Configuration manager presentation

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Configuration manager presentation

  1. 1. Configuration Manager Puppet, Chef, Cfengine Presented by Jérémy MATHEVET
  2. 2. Topics1. Principle2. Comparison3. Puppet4. Chef5. Cfengine6. Migration advises
  3. 3. Principle
  4. 4. Principle• A client/server architecture.• The server has a reference configuration.• The client queries the server.• The client makes change in order to match the reference configuration.
  5. 5. Principle 1. “Can you give my configuration model ?“ 2. “Ok, for you, thats it.” 3. “I make the necessary in order to fulfil it.” 4. (optional) “Thank you, Im ok, no error” or “I had a problem”.
  6. 6. Principle
  7. 7. Why to do this ?• Centralized management• Automated management• Mass deployment• Configuration customization• Abstraction Layer• Idempotence
  8. 8. What can we do ?• File transfer• Service management• Package management• Command launching
  9. 9. Comparison
  10. 10. Comparison 3 major solution : • Puppet • Chef • Cfengine Pretty similar possibilities. Some specificities.
  11. 11. Comparison Puppet Chef Cfengine Pull Yes Yes Yes Push No No No Idempotence Yes Yes Yes Config language Declarative Ruby Declarative Web UI Yes (limited) Yes No OS Support Linux/Unix – Linux/Unix – Linux Linux/Unix – Windows Windows Windows (experimental) (experimental) (experimental) Licence GPL v2 Apache GPL Company Puppet Labs OpsCode Cfengine Cloud Yes SaaS platform Yes
  12. 12. Puppet
  13. 13. Puppet• Created in 2006 by Puppet Labs• The easiest solution• Proprietary declarative language• Modular configuration• Template• Asymmetric Key Encryption
  14. 14. Puppet• Prerequisite : • Configured DNS • Ruby• Installation Sources : • Debian Repositories • RubyGem • Sources
  15. 15. Puppet• Puppet server : Puppetmaster• Puppet client : Puppet (agent) Main steps once installed : • Key exchange • Puppetmaster configuration • Puppet agent checks every 30 mn by default
  16. 16. Puppet Vocabulary : • Node • Manifest • Module • Class • Template
  17. 17. Puppet
  18. 18. Puppet Here is the read order. • site.pp : global config • nodes.pp : manage hosts • init.pp : module classes • Files : module files directory
  19. 19. Puppet
  20. 20. Puppet• Facter : Give node facts.• Permit to have customized configuration node.• Possibility to create your own facts.
  21. 21. PuppetTemplates• ERB• Customize configuration using Facts Exemple :
  22. 22. PuppetPuppet Dashboard• WebUI• Still in development• Very buggy• Only for monitoring• Useless for the moment
  23. 23. Chef
  24. 24. Chef• Created in 2009 by Opscode• Sustained development• Configuration language : Ruby• Modular configuration• Template• Asymmetric Key Encryption
  25. 25. Chef• Prerequisite : • Configured DNS • Ruby• Installation Sources : • Opscode Repositories • RubyGem • Sources
  26. 26. Chef• Chef server : chef-server• Chef client : chef-client Main steps once installed : • Key exchange • Chef-server configuration • Chef client checks every 30 mn by default
  27. 27. Chef Vocabulary : • Recipes • Cookbook • Role • Node • Attributes • Knife • Chef Repository
  28. 28. Chef
  29. 29. Chef Chef Server is in fact several processes.•API Service Used to interact with server for node configuration.•Management Console WebUI which permits to do administrative tasks.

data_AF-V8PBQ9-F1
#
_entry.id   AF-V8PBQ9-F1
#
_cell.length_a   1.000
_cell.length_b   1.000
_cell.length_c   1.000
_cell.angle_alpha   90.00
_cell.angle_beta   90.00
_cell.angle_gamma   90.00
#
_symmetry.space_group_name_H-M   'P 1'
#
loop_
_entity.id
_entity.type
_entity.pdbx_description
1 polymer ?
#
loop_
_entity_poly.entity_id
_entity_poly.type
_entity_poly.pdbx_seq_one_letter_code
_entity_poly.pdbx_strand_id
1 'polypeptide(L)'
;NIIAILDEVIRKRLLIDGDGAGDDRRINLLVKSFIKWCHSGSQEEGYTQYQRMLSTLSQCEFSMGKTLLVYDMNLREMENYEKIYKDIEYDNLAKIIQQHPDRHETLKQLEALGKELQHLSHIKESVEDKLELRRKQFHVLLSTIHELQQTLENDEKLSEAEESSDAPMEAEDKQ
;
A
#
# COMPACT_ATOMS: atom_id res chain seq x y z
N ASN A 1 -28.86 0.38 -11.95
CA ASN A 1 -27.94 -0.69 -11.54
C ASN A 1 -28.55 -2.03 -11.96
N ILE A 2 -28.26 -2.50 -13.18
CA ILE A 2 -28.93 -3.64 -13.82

30. 30. Chef• File indexer Apache SOLR, a search engine.• Data store (CouchDB) Used for store roles, nodes and data bag JSON data. Sends it to SOLR, through AQMP queue.•AQMP Server Used by CouchDB as queue.
  31. 31. Chef
  32. 32. Chef Cookbook
  33. 33. Chef Recipes
  34. 34. Chef Recipes Like in Cooking, one of the more interesting thing is to share our cookbooks and recipes. http://community.opscode.com/cookbooks
  35. 35. Chef Ohai and templates A tree of node facts, which can be used as attributes. The same kind of customization as Puppet with Facter.
  36. 36. Chef Administration•Knife or Management Console•CLI or Web UI•Two powerful tools
  37. 37. Chef vs Puppet Chef Advantages • Cookbooks sharing • Stricter configuration rules • Ruby • Useful WebUI Disadvantages • A bit more complex • More setup needed • Usable in production, but still young
  38. 38. Cfengine
  39. 39. Cfengine• Created in 1993 by Mark Burgess• The first configuration manager• Major update in 2009, Cfengine 3• Proprietary configuration language• Template• Asymmetric Key Encryption
  40. 40. Cfengine• Prerequisite : • libc• Installation Sources : • Debian Repositories • Sources
  41. 41. Cfengine Cfengine has an atypical mechanism. There is neither cfengine-server nor cfengine-client package.
  42. 42. Cfengine Architecture
  43. 43. Cfengine Vocabulary • Promises • Body & bundle • Class
  44. 44. Cfengine Promises
  45. 45. Cfengine•Bundles and bodies
  46. 46. Cfengine•With Cfengine, you have to do configure everything. From the promises, to the host authorized, or the failsafe procedure.
  47. 47. Cfengine vs Puppet vs Chef Cfengine is powerful. But... • Painful configuration • Have fun with log (excessively verbose... Or not.) • Seems outdated compared to Puppet and Chef Keep in mind that you have as much possibilities as Puppet & Chef. But the time you pass configuring and master it is incomparable.
  48. 48. Migration advices
  49. 49. Migration advices• Migration have to be progressive.• Writing configurations take time.• Be extremely rigorous.• Dont forget the revision control.
  50. 50. Questions?Contact:Email : jeremy.mathevet@supinfo.comStatusNet : jeyg@status.jeyg.infoTwitter : @Jeyg Content under Creative Commons BY license.

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